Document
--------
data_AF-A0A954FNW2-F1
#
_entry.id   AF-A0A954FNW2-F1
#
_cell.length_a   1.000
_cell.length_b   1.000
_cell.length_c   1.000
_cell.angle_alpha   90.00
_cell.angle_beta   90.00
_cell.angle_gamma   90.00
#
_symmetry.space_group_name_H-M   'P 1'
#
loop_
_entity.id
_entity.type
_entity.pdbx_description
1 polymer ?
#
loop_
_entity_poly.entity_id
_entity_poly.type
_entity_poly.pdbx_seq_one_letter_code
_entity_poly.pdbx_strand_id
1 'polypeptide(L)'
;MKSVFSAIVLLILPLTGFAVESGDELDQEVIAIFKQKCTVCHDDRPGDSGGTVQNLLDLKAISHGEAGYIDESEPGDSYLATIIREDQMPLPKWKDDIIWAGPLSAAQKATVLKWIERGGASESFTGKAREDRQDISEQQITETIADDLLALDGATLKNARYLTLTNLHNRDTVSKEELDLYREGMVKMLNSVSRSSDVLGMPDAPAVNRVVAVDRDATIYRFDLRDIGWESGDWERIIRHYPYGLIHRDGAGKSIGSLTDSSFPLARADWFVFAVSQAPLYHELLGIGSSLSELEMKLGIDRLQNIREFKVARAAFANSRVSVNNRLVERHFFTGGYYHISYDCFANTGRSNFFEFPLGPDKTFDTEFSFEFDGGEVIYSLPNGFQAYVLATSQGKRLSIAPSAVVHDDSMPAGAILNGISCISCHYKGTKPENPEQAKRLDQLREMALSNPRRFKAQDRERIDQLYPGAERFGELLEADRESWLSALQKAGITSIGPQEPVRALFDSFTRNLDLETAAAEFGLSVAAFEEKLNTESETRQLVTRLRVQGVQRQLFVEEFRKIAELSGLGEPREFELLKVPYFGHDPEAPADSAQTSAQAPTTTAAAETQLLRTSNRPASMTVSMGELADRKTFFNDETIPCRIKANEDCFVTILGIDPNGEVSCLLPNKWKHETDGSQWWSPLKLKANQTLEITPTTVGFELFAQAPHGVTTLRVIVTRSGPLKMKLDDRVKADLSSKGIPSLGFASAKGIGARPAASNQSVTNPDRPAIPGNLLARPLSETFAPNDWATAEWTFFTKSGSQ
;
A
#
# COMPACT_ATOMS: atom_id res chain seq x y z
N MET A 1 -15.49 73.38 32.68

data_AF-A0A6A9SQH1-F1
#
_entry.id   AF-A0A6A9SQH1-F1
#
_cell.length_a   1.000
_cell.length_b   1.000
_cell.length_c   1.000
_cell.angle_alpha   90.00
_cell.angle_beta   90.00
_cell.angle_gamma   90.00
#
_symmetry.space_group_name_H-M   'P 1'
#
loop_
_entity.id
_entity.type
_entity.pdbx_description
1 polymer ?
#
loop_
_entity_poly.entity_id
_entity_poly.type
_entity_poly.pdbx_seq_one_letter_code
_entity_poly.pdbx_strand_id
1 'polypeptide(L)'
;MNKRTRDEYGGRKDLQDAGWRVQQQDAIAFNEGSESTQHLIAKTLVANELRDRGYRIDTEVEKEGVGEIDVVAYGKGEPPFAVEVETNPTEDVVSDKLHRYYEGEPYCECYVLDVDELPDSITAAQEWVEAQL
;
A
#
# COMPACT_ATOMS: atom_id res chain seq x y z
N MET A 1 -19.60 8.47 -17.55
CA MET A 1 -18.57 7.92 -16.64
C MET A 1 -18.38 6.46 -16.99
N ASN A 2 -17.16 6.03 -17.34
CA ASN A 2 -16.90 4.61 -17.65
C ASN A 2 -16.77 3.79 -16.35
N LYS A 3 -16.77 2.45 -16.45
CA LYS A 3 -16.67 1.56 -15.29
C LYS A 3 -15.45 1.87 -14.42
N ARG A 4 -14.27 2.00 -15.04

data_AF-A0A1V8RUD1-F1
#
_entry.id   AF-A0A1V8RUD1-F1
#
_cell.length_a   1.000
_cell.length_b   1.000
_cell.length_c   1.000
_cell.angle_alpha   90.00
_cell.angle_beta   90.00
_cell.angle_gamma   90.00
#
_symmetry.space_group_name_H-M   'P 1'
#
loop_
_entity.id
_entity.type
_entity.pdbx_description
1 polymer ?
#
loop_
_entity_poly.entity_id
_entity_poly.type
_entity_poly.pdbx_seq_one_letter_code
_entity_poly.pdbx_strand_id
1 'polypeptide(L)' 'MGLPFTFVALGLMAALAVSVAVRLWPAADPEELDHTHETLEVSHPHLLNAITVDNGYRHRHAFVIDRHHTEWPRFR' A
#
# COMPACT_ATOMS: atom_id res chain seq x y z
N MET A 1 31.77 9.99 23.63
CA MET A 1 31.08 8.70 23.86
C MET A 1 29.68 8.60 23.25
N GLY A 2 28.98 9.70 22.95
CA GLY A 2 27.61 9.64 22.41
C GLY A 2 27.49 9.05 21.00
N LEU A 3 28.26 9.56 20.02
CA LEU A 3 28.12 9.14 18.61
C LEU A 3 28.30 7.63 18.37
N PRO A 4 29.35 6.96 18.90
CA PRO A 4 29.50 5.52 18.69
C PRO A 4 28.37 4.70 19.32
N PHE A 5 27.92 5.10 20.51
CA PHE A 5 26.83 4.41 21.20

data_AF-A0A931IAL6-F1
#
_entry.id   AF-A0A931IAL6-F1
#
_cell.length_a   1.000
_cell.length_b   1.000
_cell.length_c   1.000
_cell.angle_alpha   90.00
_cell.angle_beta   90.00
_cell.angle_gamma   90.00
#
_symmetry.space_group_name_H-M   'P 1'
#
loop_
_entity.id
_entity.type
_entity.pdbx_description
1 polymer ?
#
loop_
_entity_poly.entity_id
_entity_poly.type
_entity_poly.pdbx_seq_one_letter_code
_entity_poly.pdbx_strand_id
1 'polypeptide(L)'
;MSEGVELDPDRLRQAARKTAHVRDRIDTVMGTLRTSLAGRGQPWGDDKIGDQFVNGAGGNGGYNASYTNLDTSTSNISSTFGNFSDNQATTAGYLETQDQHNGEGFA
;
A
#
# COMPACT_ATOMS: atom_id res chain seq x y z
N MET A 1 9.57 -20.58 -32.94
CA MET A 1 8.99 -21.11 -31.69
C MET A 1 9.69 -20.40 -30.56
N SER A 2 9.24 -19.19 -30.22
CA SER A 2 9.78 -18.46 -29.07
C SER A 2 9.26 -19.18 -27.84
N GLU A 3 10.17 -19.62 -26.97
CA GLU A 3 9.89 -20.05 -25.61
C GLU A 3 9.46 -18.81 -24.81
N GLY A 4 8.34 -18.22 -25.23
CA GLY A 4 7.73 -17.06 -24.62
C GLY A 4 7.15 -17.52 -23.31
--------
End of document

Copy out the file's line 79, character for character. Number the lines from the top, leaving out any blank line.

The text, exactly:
_cell.angle_alpha   90.00